Mixed Emotions and the Invisibles

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Every promotion at work creates a rift in the space time continuum of the place (or a disturbance in the force if you prefer a Star Wars analogy over a Star Trek one).  In some cases, the person being promoted is well liked and well respected and everyone has had positive dealings with them so the promotion creates just small ripples in the work pool.  Sometimes the opposite is true.   There is nothing like the torrent of emotions that come forward when someone who is viewed as not deserving gets a big promotion.

In this particular case, the person worked for me many long years ago but had bounced to a few other jobs.  This particular move though is a couple of rungs up the ladder and into an area where they haven’t had much experience.  Plus, he hasn’t won many friends among the people I work with because of his communication style (or lack thereof).

To be fair, his position requires interacting with lots of different departments with each department potentially needing a slightly different thing.  So we just see the one side of him.  Perhaps his other sides shine brighter.  Plus, you never know what a hiring manager is looking for and what skills and experiences they will value or what particular interview answers resonate.

In cases like this, where there isn’t a strong pull, I can generally see both sides of the coin.  With his track record and what I know about him, the hiring is a bit of a shock.  On the other hand, as a person, I like him just fine and certainly have no problems with him getting ahead in life.  So I sent him a little message of congratulations (to which he gave me a nice response).  But it also didn’t stop me from listening to those who wanted to vent.  If I was stronger, I might have shut that down but then again I could fully understand why they were shocked and what they were saying were honest assessments of their dealings with him.  Based on that, they were clearly shocked and perhaps a bit upset about the hire and those feeling were valid so it didn’t seem right to shut them down.

Maybe I should have taken a stand but I didn’t have any real strong feelings either way so why not give people an opportunity to vent?  Maybe the congratulatory note was my atonement for participating.  It is just a little weird because I am genuinely happy for him even though I don’t understand how he was hired for the position.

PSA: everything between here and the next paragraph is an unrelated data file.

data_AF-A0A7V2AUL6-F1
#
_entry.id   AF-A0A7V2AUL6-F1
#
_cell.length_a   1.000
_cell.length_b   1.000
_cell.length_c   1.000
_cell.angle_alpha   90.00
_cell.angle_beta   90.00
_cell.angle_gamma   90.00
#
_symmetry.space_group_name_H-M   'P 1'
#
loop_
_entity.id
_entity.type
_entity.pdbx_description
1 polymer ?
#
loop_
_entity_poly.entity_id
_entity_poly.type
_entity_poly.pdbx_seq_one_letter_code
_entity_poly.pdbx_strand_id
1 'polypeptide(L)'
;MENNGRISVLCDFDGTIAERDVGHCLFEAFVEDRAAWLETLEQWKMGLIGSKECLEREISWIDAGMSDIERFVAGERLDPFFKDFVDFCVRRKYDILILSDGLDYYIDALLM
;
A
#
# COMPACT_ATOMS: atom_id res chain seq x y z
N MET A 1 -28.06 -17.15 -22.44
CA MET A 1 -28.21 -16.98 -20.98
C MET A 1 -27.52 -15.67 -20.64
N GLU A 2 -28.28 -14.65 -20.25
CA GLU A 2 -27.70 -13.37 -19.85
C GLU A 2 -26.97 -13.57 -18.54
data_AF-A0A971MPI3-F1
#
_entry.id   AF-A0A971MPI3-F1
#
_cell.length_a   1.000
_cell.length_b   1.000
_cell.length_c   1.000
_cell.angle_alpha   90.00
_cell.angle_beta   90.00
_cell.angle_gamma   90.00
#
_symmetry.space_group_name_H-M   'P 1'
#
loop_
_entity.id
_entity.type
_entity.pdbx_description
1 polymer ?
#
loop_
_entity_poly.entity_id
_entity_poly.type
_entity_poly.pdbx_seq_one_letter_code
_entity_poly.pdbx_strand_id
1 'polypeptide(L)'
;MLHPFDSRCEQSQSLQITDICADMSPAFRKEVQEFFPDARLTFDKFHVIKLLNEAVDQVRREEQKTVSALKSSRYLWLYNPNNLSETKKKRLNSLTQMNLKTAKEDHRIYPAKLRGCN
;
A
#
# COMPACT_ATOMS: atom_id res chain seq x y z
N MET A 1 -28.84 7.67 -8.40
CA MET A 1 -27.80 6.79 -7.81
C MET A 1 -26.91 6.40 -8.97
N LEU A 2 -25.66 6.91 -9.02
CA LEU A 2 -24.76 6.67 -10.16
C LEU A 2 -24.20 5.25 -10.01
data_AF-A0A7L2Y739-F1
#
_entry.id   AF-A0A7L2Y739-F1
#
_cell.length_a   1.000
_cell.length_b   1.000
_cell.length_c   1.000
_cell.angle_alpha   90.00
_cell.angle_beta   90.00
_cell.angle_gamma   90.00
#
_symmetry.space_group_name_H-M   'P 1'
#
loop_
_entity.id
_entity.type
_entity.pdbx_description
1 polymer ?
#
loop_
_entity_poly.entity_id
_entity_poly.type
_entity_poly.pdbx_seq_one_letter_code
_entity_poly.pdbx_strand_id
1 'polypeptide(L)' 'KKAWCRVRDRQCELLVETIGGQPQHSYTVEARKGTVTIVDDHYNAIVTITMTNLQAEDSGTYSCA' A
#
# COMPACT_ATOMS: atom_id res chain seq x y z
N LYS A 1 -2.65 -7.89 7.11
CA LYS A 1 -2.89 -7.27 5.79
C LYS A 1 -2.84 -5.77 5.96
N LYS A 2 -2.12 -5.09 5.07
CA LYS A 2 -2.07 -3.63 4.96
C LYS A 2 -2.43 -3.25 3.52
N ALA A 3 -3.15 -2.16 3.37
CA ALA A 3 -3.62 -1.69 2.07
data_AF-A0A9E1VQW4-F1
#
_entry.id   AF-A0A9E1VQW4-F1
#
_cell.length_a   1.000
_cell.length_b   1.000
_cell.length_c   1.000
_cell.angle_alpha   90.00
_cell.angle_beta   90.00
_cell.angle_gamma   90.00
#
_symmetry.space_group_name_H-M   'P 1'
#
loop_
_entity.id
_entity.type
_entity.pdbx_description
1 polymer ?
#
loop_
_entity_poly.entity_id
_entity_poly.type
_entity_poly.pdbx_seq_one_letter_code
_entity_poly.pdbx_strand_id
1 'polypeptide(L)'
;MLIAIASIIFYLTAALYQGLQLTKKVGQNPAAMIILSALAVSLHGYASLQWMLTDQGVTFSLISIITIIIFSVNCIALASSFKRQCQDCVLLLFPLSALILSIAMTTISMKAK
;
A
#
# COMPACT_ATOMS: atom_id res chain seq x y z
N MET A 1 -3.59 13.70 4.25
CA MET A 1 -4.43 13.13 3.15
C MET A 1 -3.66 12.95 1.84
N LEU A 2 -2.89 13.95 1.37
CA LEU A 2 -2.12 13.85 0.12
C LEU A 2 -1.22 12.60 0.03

In all cases, there was no jealousy in what I heard although that can be common.  For me, I made the choice a long time ago that climbing the career ladder was not right for me.  My boss asked me about being on her succession plan and I said I wasn’t interested in her position.  I kind of learned the hard way about what happens when you allow work to run your life because back then I was over 100 pounds overweight, had high blood pressure and was not a very happy person.  Now, I realize that the company doesn’t own me.  They rent me during the day and they get a lot out of me but I have to be more than just what I do.  My boss spends a lot of time on the road and she’s in meetings most days so she deals with emails and other things at night or on the weekends.  Sorry, but that has no appeal to me.   If that’s what he wants to do, then more power to him.

Probably the only negative emotion that runs through me in situations like this is the feeling of being taken for granted.  Like most large companies, we don’t always do a very good job of recognizing people (as a boss, I’m certainly guilty of that as well).   So it seems that the only time someone is recognized is when they are promoted or when they retire.  Then, someone sends out a message about all the things they’ve done (in this case, they shaded the truth a bit) and leaves you with the impression that this person is invaluable.  And that just feeds into the mentality that exists at a lot of places that you need to move up the ladder or you are a failure.

I’ve read a synopsis of a book that was about those invisible types who aren’t in to aggressive self promotion.  They do great things but don’t find any need to tell anyone about what they’ve done.  The satisfaction is just in doing your job to the fullest without an expectation of a payoff.  Of course, I’d say many all secretly hope someone is watching and they probably wouldn’t mind hearing good things every once in awhile.  It shouldn’t take someone leaving a position for the boss to talk about all the great things they’ve done.  But that’s they way it is.

OK, I kind of got off topic a bit.  I don’t really like talking about work that much but sometimes it just shoves its way into my thoughts and I have to take some time to sort them all out.



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